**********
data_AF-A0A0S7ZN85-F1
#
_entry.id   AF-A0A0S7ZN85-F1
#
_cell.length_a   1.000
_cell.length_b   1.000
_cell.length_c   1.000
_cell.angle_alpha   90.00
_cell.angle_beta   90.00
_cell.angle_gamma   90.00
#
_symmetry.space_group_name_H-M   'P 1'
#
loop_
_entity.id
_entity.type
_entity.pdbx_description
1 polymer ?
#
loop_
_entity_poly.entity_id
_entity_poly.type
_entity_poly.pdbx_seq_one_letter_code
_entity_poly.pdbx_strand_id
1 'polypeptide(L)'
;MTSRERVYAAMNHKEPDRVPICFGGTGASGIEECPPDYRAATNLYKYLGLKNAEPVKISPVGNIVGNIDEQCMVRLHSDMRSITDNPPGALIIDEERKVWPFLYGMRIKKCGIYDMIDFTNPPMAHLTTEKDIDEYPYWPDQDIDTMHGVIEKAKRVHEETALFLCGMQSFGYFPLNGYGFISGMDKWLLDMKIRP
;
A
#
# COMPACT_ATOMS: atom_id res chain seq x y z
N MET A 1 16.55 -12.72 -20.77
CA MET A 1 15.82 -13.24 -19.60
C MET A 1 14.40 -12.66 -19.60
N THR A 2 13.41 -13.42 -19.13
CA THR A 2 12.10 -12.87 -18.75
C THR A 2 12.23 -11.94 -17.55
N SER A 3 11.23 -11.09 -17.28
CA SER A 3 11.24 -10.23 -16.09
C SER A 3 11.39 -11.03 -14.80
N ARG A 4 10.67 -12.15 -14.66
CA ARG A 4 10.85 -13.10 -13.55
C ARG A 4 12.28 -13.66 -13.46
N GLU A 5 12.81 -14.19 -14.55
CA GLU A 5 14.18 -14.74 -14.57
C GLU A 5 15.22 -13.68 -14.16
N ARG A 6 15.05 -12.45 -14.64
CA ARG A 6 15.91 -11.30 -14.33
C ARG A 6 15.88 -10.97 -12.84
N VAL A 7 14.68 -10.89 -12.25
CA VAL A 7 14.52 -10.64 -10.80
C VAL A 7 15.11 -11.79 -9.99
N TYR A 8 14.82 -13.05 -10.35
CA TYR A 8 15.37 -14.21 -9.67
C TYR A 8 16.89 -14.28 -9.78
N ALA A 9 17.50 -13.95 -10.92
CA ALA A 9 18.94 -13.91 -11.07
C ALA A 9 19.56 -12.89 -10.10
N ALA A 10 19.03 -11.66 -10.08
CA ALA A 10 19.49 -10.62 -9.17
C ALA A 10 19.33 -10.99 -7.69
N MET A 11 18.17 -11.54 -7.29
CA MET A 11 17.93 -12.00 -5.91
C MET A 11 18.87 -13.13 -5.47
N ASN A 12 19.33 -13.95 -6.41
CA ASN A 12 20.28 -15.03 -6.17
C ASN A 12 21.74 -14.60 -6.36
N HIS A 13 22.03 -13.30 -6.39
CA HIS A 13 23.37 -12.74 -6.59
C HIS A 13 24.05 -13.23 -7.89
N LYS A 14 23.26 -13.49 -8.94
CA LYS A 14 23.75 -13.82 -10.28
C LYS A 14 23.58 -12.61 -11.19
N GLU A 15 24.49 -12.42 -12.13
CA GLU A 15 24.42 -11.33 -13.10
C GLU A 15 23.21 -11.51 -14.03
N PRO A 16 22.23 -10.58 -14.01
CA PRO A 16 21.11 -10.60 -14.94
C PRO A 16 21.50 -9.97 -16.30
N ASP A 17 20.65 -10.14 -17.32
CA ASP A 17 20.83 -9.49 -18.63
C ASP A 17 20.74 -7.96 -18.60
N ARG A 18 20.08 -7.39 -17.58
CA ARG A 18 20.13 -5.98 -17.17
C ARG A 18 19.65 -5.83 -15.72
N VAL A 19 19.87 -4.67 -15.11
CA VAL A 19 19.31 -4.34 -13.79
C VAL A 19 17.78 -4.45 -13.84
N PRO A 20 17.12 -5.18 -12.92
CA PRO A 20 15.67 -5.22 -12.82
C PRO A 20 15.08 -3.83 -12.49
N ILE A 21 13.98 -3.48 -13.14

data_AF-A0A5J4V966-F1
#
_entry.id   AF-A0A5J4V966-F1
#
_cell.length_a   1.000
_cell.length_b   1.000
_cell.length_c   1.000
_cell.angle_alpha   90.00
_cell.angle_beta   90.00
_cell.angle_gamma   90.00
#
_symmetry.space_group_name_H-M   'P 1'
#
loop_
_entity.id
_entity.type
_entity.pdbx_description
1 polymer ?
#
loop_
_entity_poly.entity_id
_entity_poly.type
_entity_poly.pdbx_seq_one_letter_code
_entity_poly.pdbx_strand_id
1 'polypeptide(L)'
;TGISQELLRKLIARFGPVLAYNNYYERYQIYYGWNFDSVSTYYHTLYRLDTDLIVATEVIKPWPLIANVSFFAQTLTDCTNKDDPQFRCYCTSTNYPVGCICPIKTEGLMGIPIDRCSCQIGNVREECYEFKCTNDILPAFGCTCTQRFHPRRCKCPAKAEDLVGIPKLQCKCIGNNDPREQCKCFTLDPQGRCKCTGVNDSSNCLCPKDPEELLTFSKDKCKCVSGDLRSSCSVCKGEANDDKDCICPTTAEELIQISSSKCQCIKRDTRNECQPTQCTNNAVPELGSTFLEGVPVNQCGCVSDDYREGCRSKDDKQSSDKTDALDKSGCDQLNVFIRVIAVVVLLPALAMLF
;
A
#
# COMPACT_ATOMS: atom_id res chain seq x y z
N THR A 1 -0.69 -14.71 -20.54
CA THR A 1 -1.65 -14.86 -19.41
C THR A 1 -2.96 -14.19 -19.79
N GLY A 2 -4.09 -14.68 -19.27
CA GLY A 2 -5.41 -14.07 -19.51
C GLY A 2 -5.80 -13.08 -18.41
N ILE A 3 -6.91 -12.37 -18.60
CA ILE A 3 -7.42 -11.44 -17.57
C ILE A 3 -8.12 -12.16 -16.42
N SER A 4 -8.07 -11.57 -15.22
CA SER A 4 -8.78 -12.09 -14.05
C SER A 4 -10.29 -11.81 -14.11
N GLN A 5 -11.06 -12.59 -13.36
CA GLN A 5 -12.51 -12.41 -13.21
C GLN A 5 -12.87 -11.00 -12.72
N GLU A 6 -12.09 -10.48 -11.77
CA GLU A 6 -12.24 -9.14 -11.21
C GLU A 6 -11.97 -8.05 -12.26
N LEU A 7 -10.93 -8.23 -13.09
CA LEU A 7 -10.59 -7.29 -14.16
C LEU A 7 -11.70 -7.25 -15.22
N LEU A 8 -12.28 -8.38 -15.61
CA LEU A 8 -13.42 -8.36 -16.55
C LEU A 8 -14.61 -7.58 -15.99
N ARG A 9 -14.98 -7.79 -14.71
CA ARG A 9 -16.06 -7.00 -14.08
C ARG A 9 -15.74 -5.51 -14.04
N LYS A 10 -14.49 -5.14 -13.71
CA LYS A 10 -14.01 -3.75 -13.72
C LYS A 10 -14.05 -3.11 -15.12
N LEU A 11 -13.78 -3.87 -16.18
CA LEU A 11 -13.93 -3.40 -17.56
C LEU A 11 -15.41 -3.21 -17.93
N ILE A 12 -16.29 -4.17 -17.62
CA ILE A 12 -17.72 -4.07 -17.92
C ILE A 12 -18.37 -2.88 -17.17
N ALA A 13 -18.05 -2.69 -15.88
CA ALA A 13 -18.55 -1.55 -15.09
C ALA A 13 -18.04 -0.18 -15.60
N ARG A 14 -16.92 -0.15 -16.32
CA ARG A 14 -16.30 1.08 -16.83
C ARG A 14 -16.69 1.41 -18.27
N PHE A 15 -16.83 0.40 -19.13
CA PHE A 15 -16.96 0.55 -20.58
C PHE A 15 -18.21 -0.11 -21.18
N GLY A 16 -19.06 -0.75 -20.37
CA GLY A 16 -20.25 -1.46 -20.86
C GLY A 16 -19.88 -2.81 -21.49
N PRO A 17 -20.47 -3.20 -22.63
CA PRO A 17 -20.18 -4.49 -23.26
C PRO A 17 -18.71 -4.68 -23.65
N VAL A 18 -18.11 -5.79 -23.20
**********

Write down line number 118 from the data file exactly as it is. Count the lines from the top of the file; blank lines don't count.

;